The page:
Throughout much of the 20th century, Detroit, Cleveland and Chicago were industrial boomtowns. Hundreds of thousands of people flocked to them from all over the country and all over the world in the Midwest’s equivalent of the Gold Rush. Between 1947 and 1977, the region’s heyday, the arc of many young lives seemed predestined—graduate from high school and walk across the street for a job in a factory. Sometimes it didn’t even take a diploma. All that was needed was a contact on the inside, such as a brother, a father, an uncle, or just a pal from the neighborhood.
Now, in a global economy, the region’s dynamics have shifted from building to buying, and those boomtowns are no more. Detroit and Cleveland have seen their populations drop by half, as carmakers and parts suppliers shrink. While Chicago gleams on the surface, it has an estimated 3,000 acres of abandoned and contaminated buildings largely hidden from tourists’ view. With that decline, residents of Michigan, Ohio and Illinois have to learn new skills that will lead them back to stability and perhaps prosperity someday.
Our job as journalists at Changing Gears: Remaking the Manufacturing Belt, a public media project, is to report the situation and address the region’s prospects. Although our reporting assignments focus on core issues such as the economy and jobs, we also look to other beats—food and culture, to name just two—to tackle the breadth of issues facing the industrial Midwest.
At its core, our beat is the region from Duluth, Minnesota to Buffalo, New York and the states and towns in between, although our subject of reinvention is not limited simply by geography. That’s the wide-angle view.
Within the industrial Midwest, we decided to zoom in on five major themes, which we call mini-beats. These are jobs and job creation, community redevelopment, education, the environment (a topic of great interest to those residing near the Great Lakes), and agriculture. In addition, we are exploring cultural issues, from ethnic diversity to the arts and food.
The mini-beats create opportunities for individual series designed to involve our listeners. They include “Still Working,” occasional reports in which we highlight older individuals still at their jobs. “Our Towns” is a series that gives us the opportunity to tackle broader issues while checking in with people who live in Sandusky, Ohio; Kenosha, Wisconsin; and Kalamazoo, Michigan.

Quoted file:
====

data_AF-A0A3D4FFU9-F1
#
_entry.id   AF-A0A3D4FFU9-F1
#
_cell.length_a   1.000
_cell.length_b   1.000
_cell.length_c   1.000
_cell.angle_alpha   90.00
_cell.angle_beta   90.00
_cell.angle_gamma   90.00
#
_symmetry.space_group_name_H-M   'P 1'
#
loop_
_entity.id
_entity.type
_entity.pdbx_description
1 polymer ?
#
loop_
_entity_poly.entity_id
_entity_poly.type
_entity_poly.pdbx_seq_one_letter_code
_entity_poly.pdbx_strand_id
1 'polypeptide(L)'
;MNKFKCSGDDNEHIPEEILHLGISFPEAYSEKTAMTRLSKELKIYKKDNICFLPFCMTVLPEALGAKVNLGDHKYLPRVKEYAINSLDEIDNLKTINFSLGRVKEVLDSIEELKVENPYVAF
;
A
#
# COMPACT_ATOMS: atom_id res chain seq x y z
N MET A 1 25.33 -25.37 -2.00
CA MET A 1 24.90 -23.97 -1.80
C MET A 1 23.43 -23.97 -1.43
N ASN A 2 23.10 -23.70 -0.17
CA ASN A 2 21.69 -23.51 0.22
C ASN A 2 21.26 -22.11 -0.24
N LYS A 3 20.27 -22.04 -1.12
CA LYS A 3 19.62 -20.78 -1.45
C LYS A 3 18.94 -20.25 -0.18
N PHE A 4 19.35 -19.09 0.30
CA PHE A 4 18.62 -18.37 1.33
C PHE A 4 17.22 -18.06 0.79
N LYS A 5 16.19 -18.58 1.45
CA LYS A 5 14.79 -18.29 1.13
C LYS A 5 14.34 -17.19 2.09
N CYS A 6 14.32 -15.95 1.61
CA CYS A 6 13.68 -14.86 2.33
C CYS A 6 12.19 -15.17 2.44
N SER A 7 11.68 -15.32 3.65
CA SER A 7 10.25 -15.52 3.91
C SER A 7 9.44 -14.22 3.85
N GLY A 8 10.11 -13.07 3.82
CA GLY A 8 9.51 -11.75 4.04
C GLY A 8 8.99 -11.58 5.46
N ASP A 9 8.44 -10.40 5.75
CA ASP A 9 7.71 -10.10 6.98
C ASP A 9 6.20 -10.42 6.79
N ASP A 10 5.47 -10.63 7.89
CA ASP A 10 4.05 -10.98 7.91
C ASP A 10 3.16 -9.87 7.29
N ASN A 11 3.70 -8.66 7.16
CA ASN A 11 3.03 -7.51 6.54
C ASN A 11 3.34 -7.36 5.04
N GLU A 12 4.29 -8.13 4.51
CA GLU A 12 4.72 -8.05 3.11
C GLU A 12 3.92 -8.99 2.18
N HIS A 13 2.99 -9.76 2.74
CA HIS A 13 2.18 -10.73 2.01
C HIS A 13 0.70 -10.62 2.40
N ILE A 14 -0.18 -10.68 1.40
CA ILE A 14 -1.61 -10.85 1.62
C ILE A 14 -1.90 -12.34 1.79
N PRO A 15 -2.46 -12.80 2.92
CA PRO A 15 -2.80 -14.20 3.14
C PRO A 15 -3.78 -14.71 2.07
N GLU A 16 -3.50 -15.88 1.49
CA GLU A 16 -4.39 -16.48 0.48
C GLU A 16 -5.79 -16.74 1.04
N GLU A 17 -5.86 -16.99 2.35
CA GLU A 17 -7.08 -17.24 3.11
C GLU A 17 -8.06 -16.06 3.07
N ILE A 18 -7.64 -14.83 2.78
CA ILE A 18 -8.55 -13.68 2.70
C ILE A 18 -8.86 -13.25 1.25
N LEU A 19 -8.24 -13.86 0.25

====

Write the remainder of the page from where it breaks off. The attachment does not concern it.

Launching Changing Gears
Changing Gears started to broadcast its stories and publish them on its website in September. Officially called the Upper Midwest Local Journalism Center, the project is funded by the Corporation for Public Broadcasting as part of an initiative that created a series of local journalism centers across the country.
The idea was two-fold:
- Cover topics of vital regional interest—and do so by having reporters’ stories revolve around the shared concerns of those who are experiencing a sense of disconnection and decline.
- Bring together as newsgathering partners public radio and television stations in the region, including WBEZ in Chicago, Ann Arbor-based Michigan Radio, and ideastream, which is public radio and TV in Cleveland.
In June, I left The New York Times to become the project’s senior editor and direct a team that includes reporters in three cities. Niala Boodhoo, formerly of The Miami Herald, is based in Chicago. Kate Davidson, a veteran producer for NPR, works in Ann Arbor, and Dan Bobkoff, previously with WCPN in Cleveland, remains there, along with our senior Web producer George Nemeth.
Although the challenges facing this Midwest region are primarily economic, Changing Gears’ mandate is more than to just tell business stories. We explore the daily lives of people who live here—young and old (and in between)—as we cover cultural topics, such as the food scene, which is the subject of a Web feature we call “Reinvention Recipes.” This winter, we’ll spend time on the music scene as we team up with Sound Opinions, the rock and roll show based at WBEZ, for a contest intended to discover Midwest musical talent. It will culminate in a symposium and concert at the Rock and Roll Hall of Fame in Cleveland, and listeners will pick the winner.